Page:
Premarital Property in Divorce
Equitable distribution in New Jersey is the division of assets and property that occurs upon divorce. Which assets are subject to equitable distribution? This is a common question New Jersey matrimonial attorneys receive from those either contemplating marriage or those on the brink of divorce. It is an especially common question of those who have married later in life, and who may have achieved significant assets before entering into a marriage.Equitable Distribution NJ Rule
The general rule in New Jersey is that premarital assets are not subject to equitable distribution. The language of the New Jersey statute states that the property included in equitable distribution is that “which was legally and beneficially acquired by them or either of them during the marriage or civil union.” (Emphasis added.) The inclusion of the phrase “during the marriage” is important, as it specifically includes the property that the couple acquired while they were marriage, therefore excluding the property acquired either before or after the marriage.
So, the general rule is that property acquired by one spouse before the marriage is not subject to equitable distribution.Exceptions to the Equitable Distribution NJ Rule Interspousal Gifts
There are exceptions to almost any rule, of course, and the rules of equitable distribution are no different. One such exception is included within the New Jersey statute. It states that “interspousal gifts...shall be subject to equitable distribution.” Interspousal gifts are those that are made between spouses. For example, if a wife entered the marriage with $1,000,000 of her own separate money that she acquired before the marriage, and used $50,000 of that money to purchase a car for her husband, that would qualify as an interspousal gift, and the car would be subject to equitable distribution.Contemplation of Marriage Doctrine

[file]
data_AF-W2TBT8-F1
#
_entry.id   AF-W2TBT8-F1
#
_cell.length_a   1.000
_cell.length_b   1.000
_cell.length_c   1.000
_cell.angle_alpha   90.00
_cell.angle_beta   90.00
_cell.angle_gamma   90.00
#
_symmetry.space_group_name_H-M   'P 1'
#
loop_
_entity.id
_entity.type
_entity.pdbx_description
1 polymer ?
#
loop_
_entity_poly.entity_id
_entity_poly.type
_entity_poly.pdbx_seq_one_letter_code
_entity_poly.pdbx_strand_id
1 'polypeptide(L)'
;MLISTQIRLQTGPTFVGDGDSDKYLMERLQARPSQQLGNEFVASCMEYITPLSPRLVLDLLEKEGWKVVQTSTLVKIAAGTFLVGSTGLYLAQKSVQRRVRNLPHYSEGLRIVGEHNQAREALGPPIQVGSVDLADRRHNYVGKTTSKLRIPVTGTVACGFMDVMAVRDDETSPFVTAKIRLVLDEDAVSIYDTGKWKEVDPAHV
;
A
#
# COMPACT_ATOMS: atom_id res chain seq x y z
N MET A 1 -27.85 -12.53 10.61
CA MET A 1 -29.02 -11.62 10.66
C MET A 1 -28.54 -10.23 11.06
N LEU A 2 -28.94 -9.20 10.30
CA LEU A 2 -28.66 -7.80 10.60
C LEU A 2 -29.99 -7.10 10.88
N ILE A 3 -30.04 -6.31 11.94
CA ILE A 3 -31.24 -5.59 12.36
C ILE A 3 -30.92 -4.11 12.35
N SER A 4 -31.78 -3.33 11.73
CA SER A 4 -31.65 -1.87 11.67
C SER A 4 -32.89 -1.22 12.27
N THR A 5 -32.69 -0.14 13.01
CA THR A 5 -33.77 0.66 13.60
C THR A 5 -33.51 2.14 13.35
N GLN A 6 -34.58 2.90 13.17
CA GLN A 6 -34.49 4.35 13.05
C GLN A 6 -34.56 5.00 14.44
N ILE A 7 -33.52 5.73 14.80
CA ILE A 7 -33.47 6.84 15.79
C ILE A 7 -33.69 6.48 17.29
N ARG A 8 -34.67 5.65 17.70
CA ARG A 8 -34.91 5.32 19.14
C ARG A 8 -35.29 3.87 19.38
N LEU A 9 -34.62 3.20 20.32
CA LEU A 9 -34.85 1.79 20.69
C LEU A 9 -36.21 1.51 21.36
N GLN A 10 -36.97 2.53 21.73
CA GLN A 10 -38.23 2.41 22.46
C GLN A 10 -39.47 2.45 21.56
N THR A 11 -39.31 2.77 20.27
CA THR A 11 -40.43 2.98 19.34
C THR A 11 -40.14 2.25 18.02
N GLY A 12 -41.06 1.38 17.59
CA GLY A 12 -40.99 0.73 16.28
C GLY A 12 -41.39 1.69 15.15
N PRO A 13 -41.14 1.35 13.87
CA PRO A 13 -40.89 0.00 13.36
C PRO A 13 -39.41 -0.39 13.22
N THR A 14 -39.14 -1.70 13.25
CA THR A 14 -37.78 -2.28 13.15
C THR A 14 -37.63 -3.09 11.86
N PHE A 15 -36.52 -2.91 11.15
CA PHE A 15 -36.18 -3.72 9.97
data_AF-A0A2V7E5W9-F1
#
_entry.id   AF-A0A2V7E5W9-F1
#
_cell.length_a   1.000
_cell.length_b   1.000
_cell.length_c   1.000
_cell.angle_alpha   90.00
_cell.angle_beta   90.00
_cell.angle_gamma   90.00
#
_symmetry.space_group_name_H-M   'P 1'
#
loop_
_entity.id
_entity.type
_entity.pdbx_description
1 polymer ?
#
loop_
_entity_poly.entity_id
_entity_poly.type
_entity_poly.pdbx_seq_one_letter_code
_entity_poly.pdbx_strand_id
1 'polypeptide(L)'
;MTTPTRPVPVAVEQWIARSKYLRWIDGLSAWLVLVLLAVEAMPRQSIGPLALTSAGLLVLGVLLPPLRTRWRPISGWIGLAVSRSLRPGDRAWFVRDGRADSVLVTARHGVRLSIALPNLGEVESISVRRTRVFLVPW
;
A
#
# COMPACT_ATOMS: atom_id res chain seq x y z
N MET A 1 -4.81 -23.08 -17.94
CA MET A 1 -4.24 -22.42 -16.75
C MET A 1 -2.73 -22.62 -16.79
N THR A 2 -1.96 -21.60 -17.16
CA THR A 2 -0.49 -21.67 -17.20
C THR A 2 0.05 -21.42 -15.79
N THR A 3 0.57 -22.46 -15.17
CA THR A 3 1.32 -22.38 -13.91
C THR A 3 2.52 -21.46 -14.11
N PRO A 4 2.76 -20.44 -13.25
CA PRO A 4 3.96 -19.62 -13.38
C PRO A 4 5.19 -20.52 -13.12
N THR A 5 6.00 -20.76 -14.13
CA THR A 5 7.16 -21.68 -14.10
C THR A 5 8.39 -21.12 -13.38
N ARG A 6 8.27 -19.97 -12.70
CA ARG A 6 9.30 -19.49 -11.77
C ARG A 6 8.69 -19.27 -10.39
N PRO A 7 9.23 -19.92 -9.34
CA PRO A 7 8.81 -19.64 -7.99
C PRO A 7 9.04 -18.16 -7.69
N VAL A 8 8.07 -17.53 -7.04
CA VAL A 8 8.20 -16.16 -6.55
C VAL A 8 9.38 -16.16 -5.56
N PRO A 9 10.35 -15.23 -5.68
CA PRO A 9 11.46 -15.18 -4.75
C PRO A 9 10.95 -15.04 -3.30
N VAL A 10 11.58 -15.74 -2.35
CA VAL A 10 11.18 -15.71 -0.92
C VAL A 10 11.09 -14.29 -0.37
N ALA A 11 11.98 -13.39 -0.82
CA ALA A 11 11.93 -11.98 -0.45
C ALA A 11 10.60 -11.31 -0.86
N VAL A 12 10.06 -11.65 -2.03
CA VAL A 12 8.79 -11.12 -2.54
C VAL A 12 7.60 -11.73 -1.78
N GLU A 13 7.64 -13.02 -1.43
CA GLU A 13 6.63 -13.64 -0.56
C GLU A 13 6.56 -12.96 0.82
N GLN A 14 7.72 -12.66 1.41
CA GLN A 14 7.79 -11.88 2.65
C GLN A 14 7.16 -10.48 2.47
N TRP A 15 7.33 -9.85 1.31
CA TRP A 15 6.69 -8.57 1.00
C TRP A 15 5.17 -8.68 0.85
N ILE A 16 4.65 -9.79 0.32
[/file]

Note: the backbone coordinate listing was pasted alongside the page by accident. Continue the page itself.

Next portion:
In some cases the property purchased before the marriage may be considered a marital asset that is subject to equitable distribution. Specifically, property purchased “in contemplation of marriage” may qualify under this exception. The cases in this area of law typically deal with real property-specifically homes.
The New Jersey courts addressed this issue in the case of Weiss v. Weiss in 1988. There, the court found that a home purchased during a 6-month engagement period (before the marriage) with a husband's money, and titled in the husband’s sole name, was a marital asset. The facts of the Weiss case show that the future wife was actively involved in the purchase and improvements made to the home, which was used to show that the home was purchased with the intention of it being the marital residence.
The particulars of the equitable distribution NJ rule can be tricky given that there are always exceptions to the rules. Using an experienced matrimonial attorney to handle your divorce case can help you keep those assets that are rightfully your own property. Contact the Law Offices of Peter Van Aulen today for a free initial consultation.Source
N.J.S.A. 2A:34-23(h) - Equitable Distribution
Weiss v. Weiss, 226 N.J. Super. 281 (App. Div. 1988)